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  • Tilo Schulz’s installation at Espace Louis Vuitton, Venezia

  • Véio’s “Becoming Marni” installation at San Gregorio Abbey, Venezia

  • Véio’s “Becoming Marni” installation at San Gregorio Abbey, Venezia

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Louis Vuitton and Marni’s exhibitions at Venice Biennale 2015

In order to celebrate the 56th edition of the Venice Biennale, which was inaugurated on May 9, 2015, various brands, among them Louis Vuitton and Marni, have prepared a series of exhibitions that unite art and fashion in the most imaginative way, bringing a cosmopolitan touch to the city. Louis Vuitton continues its collaboration with MUVE (Fondanzione Musei Civici di Venezia), with a temporary exhibition at the maison’s Espace Louis Vuitton Venezia, featuring German artist Tilo Schulz, who prepared for the occasion a room installation that opens a dialogue with the recently restored lunette paintings of artist Francesco Hayez (1791-1882) from the Palazzo Ducale in Venice.

The half-moon shaped artworks were painted by Hayez in 1981 and depict a series of symbolic scenes with mythical creatures and sea monsters that pay tribute to a time when Venice was a “trading center at the heart of an ever growing world”. Schulz interpreted these scenes in a more abstract way, creating two round discs that rotate slowly around their own axis, with one side being a dark mirror surface and the other one a multi layered painting. The discs symbolize the Theatrum Orbis Terrarum, which is considered to be the first modern atlas, and are a perfect fit to this year’s Biennale theme, titled “All the World’s Futures”. Schulz’s installation, which will remain on view until mid-October, places the spectators right in the center of the universe, raising questions about the “state of things” as opposed to the “appearance of things”.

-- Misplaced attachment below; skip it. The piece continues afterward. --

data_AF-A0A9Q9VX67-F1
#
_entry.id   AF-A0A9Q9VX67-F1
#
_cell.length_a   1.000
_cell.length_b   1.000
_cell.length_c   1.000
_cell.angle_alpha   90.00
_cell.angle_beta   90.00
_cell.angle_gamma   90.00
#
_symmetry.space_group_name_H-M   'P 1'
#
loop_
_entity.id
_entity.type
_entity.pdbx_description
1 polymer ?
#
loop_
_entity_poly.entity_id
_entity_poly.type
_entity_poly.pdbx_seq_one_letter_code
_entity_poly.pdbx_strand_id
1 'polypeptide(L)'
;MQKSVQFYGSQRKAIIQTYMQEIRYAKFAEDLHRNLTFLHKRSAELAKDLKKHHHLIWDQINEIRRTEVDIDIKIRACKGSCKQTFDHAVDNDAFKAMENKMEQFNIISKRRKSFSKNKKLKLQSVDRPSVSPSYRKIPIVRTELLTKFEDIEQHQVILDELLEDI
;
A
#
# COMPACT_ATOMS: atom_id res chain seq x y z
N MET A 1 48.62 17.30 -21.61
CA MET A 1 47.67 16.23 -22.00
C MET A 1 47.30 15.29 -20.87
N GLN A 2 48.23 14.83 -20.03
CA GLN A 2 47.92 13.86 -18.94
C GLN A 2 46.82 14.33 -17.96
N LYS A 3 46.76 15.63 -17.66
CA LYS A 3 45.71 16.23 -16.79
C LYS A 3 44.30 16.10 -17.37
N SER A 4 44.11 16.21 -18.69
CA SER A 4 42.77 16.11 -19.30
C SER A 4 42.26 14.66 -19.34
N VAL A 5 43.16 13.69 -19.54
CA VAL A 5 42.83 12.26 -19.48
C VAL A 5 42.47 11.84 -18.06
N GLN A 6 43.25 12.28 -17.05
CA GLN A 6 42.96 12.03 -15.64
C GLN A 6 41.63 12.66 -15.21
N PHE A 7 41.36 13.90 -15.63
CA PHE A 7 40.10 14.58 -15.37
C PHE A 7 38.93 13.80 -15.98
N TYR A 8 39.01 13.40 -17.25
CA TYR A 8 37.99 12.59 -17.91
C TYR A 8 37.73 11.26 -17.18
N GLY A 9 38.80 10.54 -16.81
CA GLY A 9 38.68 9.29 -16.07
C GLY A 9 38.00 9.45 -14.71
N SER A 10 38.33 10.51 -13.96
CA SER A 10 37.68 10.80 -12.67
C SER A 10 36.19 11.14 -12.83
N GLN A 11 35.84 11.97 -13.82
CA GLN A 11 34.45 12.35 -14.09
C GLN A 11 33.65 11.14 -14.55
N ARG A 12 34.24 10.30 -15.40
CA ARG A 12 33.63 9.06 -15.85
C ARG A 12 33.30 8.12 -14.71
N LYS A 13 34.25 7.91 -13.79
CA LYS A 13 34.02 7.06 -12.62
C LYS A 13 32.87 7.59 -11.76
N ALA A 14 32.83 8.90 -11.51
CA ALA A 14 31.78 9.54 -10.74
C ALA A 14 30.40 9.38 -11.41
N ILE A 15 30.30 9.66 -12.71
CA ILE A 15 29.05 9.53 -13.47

Marni, on the other hand, has collaborated with Brazilian self-taught artist Véio for a site-specific installation that forms part of Marni Prisma, the brand’s series of events that celebrate its 20th anniversary. Véio’s installation is titled “Becoming Marni” and comprises a series of 100 wooden sculptures that are placed around the cloister and inside the rooms of the San Gregorio Abbey —a former church and Benedictine abbey that was founded in the 9th century and is normally closed to the public. Véio’s whimsical sculptures are made of pieces of wood, clogs and brunches that the artist finds along the river and which are later transformed into anthropomorphic creatures with a unique identity. “Becoming Marni” is held under the supervision of Carolina Castiglioni, creative director of Marni’s special projects, and will remain on view until November 22, 2015.